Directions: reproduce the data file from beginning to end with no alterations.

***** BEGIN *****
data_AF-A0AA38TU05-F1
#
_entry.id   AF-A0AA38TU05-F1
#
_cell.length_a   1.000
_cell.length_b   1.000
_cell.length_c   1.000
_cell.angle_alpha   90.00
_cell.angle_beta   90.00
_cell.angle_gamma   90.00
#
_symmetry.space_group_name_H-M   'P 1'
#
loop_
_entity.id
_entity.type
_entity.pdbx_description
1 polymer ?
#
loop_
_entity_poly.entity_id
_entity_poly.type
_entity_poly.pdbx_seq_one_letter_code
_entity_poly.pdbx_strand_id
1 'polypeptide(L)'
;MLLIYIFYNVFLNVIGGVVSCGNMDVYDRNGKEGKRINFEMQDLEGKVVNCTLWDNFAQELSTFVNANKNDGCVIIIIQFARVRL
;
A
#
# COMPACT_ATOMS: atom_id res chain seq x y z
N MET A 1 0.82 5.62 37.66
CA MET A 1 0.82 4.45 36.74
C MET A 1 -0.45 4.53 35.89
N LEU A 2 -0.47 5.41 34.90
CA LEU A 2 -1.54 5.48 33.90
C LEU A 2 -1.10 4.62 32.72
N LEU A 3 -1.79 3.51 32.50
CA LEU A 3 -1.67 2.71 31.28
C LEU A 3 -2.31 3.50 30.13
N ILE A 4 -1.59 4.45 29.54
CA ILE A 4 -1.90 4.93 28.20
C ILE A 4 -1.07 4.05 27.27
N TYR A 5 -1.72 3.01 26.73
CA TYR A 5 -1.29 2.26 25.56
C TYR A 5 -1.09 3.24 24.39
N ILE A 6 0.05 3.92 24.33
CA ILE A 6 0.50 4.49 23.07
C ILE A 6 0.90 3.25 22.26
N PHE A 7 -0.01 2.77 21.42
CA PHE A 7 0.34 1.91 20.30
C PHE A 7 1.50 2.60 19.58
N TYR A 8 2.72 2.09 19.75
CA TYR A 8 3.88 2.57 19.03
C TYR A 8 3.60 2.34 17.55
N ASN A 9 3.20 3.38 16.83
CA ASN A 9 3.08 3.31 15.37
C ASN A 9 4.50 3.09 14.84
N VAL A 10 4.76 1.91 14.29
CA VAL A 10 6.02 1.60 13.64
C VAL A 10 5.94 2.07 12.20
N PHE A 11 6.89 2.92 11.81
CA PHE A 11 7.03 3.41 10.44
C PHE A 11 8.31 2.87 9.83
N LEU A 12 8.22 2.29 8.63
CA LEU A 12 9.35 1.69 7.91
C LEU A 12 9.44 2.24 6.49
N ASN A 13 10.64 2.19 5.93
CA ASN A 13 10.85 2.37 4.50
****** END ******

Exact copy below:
data_AF-A0AA38TU05-F1
#
_entry.id   AF-A0AA38TU05-F1
#
_cell.length_a   1.000
_cell.length_b   1.000
_cell.length_c   1.000
_cell.angle_alpha   90.00
_cell.angle_beta   90.00
_cell.angle_gamma   90.00
#
_symmetry.space_group_name_H-M   'P 1'
#
loop_
_entity.id
_entity.type
_entity.pdbx_description
1 polymer ?
#
loop_
_entity_poly.entity_id
_entity_poly.type
_entity_poly.pdbx_seq_one_letter_code
_entity_poly.pdbx_strand_id
1 'polypeptide(L)'
;MLLIYIFYNVFLNVIGGVVSCGNMDVYDRNGKEGKRINFEMQDLEGKVVNCTLWDNFAQELSTFVNANKNDGCVIIIIQFARVRL
;
A
#
# COMPACT_ATOMS: atom_id res chain seq x y z
N MET A 1 0.82 5.62 37.66
CA MET A 1 0.82 4.45 36.74
C MET A 1 -0.45 4.53 35.89
N LEU A 2 -0.47 5.41 34.90
CA LEU A 2 -1.54 5.48 33.90
C LEU A 2 -1.10 4.62 32.72
N LEU A 3 -1.79 3.51 32.50
CA LEU A 3 -1.67 2.71 31.28
C LEU A 3 -2.31 3.50 30.13
N ILE A 4 -1.59 4.45 29.54
CA ILE A 4 -1.90 4.93 28.20
C ILE A 4 -1.07 4.05 27.27
N TYR A 5 -1.72 3.01 26.73
CA TYR A 5 -1.29 2.26 25.56
C TYR A 5 -1.09 3.24 24.39
N ILE A 6 0.05 3.92 24.33
CA ILE A 6 0.50 4.49 23.07
C ILE A 6 0.90 3.25 22.26
N PHE A 7 -0.01 2.77 21.42
CA PHE A 7 0.34 1.91 20.30
C PHE A 7 1.50 2.60 19.58
N TYR A 8 2.72 2.09 19.75
CA TYR A 8 3.88 2.57 19.03
C TYR A 8 3.60 2.34 17.55
N ASN A 9 3.20 3.38 16.83
CA ASN A 9 3.08 3.31 15.37
C ASN A 9 4.50 3.09 14.84
N VAL A 10 4.76 1.91 14.29
CA VAL A 10 6.02 1.60 13.64
C VAL A 10 5.94 2.07 12.20
N PHE A 11 6.89 2.92 11.81
CA PHE A 11 7.03 3.41 10.44
C PHE A 11 8.31 2.87 9.83
N LEU A 12 8.22 2.29 8.63
CA LEU A 12 9.35 1.69 7.91
C LEU A 12 9.44 2.24 6.49
N ASN A 13 10.64 2.19 5.93
CA ASN A 13 10.85 2.37 4.50